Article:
"Disabled." It’s a word we use to describe those with some kind of physical or mental ‘difference’ - those who don’t fall under what we think of as ‘the norm’: people who are ‘different’, who are ‘other’, whom we can’t quite understand or accept as being just like us.
Muslims like to say that under Islam we’re all equal, that in the Sight of Allah I the only thing that matters is taqwa. Our reality is usually not as rosy and innocent.
Those suffering from mental illness or extreme physical ailments are often treated shamefully by fellow Muslims. Many times, they are overtly excluded from being a part of the Muslim community; whether it's looking at them askance, avoiding talking to them (or worse, talking to them in a condescending, demeaning or rude manner) or not making an effort to make our masajid and Islamic centres wheel-chair friendly, our behavior is in direct contradiction to the Sunnah of RasulAllah (sallAllahu 'alayhi wa sallam).
We tend to use the term "disabled" to describe people who have been tested by Allah in terms of their physical or mental health - yet what we don't realise is that in many cases they are actually far more "enabled" than the rest of us are. Our brothers and sisters in Islam who are experiencing these trials in their lives often display greater levels of patience and strength in the face of hardship than most of us who enjoy good health throughout our lives do.
Umm Zafar al-Habashiyyah (whose name is said to have been Su’ayrah or Shuqayrah), better known as 'the Abyssinian woman', who suffered from epilepsy in the time of RasulAllah r was such a person. Though epilepsy was, at the time (and still is, in many parts of the world), considered to be something severe, strange and even shameful, she bore her test with a strength, patience, and dignity equal to that of any mujahid on the battlefield.
Ibn `Abbâs once said to `Atâ b. Rabâh: "Shouldn't I point out to you a woman of Paradise?"
He replied: "Indeed. Do so."
Ibn `Abbâs said: "Do you see that black complexioned lady? She approached the Prophet r and said: 'I suffer from epilepsy and during a fit, my body becomes exposed. So please supplicate Allah on my behalf.'
Then the Prophet (sallAllahu 'alayhi wa sallam) said to her: 'If you choose, you might rather bear it patiently and you will attain Paradise on account of it. Or if you like, I will beseech Allah to cure you.'
She said: 'I will bear it patiently. But my body gets exposed, so please beseech Allah that my body will no longer be exposed.'
The Prophet (sallAllahu 'alayhi wa sallam) beseeched Allah for this. [Sahîh al-Bukhârî (5652) and Sahîh Muslim (2576)]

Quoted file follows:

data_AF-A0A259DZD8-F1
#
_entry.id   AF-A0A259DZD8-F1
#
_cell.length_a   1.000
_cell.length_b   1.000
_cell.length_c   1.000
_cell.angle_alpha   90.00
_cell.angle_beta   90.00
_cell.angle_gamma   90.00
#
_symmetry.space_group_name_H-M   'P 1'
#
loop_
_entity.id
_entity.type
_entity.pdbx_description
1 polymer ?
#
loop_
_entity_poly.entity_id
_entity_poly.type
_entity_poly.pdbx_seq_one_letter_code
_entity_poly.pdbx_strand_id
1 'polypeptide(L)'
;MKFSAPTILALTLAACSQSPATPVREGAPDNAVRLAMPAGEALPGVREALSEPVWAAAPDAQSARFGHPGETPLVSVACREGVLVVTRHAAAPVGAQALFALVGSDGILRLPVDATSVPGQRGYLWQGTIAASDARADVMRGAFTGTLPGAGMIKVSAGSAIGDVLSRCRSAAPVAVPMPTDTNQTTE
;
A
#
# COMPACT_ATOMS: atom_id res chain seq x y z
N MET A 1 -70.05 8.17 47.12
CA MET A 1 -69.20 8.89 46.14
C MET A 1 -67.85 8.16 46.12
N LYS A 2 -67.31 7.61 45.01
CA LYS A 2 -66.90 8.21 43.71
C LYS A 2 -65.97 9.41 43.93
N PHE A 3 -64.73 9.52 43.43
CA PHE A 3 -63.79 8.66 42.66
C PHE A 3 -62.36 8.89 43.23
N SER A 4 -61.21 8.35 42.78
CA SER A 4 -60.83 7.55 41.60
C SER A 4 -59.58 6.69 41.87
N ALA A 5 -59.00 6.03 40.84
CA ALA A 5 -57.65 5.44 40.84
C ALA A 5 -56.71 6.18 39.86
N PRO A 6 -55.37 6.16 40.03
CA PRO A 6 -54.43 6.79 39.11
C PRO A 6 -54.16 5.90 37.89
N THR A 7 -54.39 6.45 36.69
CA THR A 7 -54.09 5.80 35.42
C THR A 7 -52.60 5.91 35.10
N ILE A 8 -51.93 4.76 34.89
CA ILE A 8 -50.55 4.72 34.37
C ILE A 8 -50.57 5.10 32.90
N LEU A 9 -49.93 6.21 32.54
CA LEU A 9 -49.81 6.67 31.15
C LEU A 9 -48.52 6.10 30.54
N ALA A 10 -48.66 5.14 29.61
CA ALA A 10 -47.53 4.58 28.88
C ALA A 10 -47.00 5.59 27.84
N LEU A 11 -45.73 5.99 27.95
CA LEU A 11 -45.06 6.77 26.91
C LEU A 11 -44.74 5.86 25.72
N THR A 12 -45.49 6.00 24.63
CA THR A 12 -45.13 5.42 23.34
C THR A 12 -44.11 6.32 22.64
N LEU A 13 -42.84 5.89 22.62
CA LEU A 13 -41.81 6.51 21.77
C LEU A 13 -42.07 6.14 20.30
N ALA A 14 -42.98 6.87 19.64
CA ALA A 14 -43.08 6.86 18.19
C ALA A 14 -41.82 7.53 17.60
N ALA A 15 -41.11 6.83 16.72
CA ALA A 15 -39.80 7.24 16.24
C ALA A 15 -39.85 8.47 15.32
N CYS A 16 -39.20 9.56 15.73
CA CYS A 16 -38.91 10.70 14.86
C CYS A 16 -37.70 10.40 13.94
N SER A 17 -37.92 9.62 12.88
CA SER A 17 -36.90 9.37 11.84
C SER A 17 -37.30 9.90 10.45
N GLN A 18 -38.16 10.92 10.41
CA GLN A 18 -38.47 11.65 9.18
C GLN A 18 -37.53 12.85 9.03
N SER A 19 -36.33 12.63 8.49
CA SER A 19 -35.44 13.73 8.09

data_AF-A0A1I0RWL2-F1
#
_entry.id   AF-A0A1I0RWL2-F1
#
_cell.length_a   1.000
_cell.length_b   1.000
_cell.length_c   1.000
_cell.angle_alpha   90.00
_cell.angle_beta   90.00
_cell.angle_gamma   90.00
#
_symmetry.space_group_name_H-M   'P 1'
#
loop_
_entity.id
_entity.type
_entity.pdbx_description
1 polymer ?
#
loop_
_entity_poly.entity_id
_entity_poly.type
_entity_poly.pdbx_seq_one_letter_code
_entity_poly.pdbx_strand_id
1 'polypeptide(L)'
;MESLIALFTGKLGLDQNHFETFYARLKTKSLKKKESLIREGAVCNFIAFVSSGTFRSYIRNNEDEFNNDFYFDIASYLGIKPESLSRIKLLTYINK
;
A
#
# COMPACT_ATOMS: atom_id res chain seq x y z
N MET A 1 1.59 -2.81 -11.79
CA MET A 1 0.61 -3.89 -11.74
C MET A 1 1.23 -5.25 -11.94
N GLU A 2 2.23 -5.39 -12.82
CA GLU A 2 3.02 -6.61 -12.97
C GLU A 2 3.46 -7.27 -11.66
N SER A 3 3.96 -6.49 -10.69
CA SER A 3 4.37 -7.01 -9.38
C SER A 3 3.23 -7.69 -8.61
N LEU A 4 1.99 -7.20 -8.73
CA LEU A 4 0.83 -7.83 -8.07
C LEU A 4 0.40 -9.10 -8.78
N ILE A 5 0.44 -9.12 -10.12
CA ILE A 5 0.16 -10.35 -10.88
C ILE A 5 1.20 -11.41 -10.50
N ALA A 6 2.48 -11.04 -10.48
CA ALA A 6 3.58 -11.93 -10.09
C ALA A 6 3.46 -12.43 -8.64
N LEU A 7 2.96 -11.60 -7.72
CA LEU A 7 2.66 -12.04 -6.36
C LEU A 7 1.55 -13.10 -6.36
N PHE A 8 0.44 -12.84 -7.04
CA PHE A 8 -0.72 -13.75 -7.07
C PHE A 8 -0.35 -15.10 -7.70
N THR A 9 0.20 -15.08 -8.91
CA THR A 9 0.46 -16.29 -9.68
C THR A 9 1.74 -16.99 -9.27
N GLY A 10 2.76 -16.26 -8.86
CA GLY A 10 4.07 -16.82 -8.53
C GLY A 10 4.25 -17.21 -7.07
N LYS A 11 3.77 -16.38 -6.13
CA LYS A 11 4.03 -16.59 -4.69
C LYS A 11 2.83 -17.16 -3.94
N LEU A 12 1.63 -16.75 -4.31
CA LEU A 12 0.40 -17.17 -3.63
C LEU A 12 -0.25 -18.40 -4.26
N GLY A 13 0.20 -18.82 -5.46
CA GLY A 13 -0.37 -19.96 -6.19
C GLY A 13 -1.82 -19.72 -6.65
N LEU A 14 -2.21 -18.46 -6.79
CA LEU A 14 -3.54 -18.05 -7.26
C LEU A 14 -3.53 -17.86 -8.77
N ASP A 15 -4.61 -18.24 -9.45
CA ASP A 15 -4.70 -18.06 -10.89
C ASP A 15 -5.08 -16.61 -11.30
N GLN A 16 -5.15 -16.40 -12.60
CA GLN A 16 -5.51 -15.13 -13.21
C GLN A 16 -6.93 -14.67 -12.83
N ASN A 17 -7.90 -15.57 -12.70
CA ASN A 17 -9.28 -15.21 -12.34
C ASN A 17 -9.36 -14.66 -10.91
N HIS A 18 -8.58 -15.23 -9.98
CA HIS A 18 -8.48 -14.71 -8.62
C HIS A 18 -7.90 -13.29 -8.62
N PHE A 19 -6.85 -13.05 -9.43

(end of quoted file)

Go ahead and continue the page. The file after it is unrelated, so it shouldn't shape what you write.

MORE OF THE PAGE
As a result of what many of us would consider her ‘disability’, Umm Zafar was blessed with the greatest gift of all: her entrance to Paradise.
It is worth noting that in Muslim communities there are many children and adults alike who are experiencing mental or physical illnesses and yet they are rarely treated with the same sense of warmth and welcome as others are. Autism, Down’s Syndrome, schizophrenia, bi-polarism, deafness and blindness are all conditions that are quite common within our communities. Yet the majority of people in our masajid and Islamic centres either act as though these individuals are invisible or as though they are carriers of some contagious disease and remain as distant as possible. Little effort is made to welcome and cherish these precious members of the Ummah, let alone engage them as active members in our communities.
Few of us recognise or realise the fact that the young autistic boy whose incomprehensible wails fill the masjid also has the ability to memorise the Qur’an with startling speed and beauty; that the deaf girl who struggles to read lips while you make no effort to learn how to sign has a passion for studying ahadeeth; that the middle-aged man with Down’s Syndrome innocently loves to sit with the toddlers and soothe them with gentle murmurings.
Every single Muslim and Muslimah whom we categorise as ‘other’ because of their perceived ‘disabilities’ is, in fact, ‘different’ – not because they are ‘sick,’ but because so many of them have met the challenge that Allah has placed before them with such strong eman, patience, and strength, that they may be amongst those guaranteed Jannah.
Indeed, those suffering the greatest personal tests in physical and mental health are also amongst the greatest of the heroes and heroines of Islam.